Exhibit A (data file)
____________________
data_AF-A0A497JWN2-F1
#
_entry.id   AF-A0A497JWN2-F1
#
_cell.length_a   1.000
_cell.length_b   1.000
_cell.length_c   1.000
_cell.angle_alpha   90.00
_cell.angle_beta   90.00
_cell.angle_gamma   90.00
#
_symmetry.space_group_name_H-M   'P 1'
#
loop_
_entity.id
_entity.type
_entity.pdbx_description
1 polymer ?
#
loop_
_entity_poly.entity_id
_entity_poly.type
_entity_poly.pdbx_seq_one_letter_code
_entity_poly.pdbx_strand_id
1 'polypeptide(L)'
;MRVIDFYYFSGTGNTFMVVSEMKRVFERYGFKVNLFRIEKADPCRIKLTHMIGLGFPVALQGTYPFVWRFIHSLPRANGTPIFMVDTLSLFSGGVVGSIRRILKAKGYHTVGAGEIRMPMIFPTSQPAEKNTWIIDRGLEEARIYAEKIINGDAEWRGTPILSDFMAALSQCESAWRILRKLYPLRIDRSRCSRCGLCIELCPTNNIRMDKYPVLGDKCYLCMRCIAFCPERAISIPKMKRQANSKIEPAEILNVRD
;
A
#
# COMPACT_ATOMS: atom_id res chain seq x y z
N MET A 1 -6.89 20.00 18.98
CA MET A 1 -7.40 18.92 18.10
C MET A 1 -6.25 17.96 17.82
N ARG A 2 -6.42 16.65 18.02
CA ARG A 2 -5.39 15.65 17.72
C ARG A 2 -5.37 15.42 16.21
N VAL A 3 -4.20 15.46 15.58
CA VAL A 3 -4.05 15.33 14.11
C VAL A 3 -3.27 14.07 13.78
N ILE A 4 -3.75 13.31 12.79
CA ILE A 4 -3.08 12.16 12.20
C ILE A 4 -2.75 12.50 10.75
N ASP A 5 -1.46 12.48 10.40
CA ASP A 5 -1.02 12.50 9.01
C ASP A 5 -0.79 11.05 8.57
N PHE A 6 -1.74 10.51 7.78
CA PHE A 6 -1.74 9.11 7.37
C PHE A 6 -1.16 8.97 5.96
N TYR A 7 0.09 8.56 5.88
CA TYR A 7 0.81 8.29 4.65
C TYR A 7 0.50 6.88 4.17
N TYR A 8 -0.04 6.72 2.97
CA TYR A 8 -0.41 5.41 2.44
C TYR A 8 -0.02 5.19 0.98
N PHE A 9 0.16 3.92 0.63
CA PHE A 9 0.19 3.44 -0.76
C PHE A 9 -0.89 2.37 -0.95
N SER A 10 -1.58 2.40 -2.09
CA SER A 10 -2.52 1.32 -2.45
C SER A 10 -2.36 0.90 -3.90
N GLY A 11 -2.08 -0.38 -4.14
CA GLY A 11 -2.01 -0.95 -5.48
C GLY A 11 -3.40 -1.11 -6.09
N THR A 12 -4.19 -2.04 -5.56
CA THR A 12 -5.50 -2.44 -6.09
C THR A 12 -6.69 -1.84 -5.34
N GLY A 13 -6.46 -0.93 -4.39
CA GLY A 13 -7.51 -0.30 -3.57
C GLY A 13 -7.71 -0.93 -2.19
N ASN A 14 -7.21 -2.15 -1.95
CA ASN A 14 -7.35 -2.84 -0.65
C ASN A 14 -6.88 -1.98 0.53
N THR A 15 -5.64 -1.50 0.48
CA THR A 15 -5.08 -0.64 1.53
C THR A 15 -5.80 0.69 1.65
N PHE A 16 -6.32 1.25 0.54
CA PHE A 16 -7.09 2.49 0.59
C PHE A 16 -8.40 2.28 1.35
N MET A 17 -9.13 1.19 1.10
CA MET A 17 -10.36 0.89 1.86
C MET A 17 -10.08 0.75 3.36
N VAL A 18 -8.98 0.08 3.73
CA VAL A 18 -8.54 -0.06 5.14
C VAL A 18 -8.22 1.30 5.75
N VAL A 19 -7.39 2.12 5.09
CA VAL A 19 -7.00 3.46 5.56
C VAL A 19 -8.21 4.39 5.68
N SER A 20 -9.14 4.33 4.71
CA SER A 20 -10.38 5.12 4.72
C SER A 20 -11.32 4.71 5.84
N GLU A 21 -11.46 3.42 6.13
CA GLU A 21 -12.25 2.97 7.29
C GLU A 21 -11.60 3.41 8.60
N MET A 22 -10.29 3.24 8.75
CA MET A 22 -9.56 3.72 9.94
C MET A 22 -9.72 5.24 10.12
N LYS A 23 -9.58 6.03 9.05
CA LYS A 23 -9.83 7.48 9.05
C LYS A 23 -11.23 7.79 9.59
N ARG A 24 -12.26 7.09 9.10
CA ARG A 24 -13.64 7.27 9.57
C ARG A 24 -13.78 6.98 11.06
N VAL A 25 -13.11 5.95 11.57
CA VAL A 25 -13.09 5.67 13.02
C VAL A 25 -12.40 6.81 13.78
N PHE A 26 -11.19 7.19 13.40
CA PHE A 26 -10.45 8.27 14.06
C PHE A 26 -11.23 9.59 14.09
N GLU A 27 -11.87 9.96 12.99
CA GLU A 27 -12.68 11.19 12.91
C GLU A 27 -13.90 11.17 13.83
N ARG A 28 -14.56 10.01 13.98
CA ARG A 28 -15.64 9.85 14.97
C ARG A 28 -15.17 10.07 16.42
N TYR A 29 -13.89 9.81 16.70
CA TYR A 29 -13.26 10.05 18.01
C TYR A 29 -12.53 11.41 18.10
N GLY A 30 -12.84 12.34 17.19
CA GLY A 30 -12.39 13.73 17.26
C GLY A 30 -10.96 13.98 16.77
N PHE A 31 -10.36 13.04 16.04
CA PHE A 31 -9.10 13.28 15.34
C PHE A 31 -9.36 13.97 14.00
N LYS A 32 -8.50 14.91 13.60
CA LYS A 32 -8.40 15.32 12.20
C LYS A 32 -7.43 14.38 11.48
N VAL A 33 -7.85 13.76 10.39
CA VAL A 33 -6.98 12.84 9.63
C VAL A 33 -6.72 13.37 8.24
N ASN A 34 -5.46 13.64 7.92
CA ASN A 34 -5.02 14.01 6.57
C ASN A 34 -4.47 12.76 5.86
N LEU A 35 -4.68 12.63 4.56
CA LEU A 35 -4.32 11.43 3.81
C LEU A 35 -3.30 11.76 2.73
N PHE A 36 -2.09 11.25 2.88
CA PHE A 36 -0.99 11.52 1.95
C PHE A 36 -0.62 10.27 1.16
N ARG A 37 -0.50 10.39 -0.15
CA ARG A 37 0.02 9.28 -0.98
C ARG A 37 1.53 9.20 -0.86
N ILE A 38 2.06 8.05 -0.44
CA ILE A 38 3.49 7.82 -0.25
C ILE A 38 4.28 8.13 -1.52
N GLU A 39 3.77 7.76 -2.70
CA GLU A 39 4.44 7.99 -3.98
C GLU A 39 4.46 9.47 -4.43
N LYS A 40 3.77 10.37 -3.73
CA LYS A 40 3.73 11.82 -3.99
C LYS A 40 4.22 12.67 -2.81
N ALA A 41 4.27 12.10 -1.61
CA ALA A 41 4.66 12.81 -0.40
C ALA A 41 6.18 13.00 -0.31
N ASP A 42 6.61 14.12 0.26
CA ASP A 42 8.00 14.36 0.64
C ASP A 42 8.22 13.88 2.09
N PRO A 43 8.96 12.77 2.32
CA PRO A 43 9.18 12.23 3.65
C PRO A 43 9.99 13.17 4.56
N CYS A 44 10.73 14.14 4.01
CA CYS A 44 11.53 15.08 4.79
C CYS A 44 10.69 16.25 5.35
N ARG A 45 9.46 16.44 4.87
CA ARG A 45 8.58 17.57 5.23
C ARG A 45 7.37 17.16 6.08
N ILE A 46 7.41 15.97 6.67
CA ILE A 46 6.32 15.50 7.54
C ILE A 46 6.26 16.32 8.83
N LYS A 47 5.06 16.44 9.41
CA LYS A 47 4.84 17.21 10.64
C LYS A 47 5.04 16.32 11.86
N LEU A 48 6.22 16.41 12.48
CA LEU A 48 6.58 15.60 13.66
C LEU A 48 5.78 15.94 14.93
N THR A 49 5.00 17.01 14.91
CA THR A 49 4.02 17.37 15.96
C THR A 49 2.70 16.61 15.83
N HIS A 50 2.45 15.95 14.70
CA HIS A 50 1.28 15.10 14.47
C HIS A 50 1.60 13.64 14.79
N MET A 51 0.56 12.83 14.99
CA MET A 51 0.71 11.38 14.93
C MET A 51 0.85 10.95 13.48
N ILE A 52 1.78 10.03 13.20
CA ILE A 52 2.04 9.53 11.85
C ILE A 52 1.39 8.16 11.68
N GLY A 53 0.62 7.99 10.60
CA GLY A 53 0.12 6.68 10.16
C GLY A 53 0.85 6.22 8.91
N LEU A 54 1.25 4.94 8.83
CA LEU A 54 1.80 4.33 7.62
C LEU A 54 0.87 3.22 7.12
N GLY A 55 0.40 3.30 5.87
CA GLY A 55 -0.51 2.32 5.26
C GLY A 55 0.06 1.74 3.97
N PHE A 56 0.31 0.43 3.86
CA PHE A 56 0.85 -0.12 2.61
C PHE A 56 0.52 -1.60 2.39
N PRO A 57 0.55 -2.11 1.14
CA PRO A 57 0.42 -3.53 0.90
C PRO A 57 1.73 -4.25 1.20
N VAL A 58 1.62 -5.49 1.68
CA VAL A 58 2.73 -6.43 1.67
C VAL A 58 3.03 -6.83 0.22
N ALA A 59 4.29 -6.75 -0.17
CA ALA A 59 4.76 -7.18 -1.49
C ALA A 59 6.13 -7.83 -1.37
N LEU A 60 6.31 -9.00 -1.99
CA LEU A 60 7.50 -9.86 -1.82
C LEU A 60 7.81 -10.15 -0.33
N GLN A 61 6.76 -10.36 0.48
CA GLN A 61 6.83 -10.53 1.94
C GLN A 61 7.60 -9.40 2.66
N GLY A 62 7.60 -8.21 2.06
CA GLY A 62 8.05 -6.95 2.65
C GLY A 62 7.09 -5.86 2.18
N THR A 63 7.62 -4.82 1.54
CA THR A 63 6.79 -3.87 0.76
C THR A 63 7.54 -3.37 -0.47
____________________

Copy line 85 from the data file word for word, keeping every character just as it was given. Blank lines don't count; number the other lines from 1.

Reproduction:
N VAL A 19 -7.39 2.12 5.09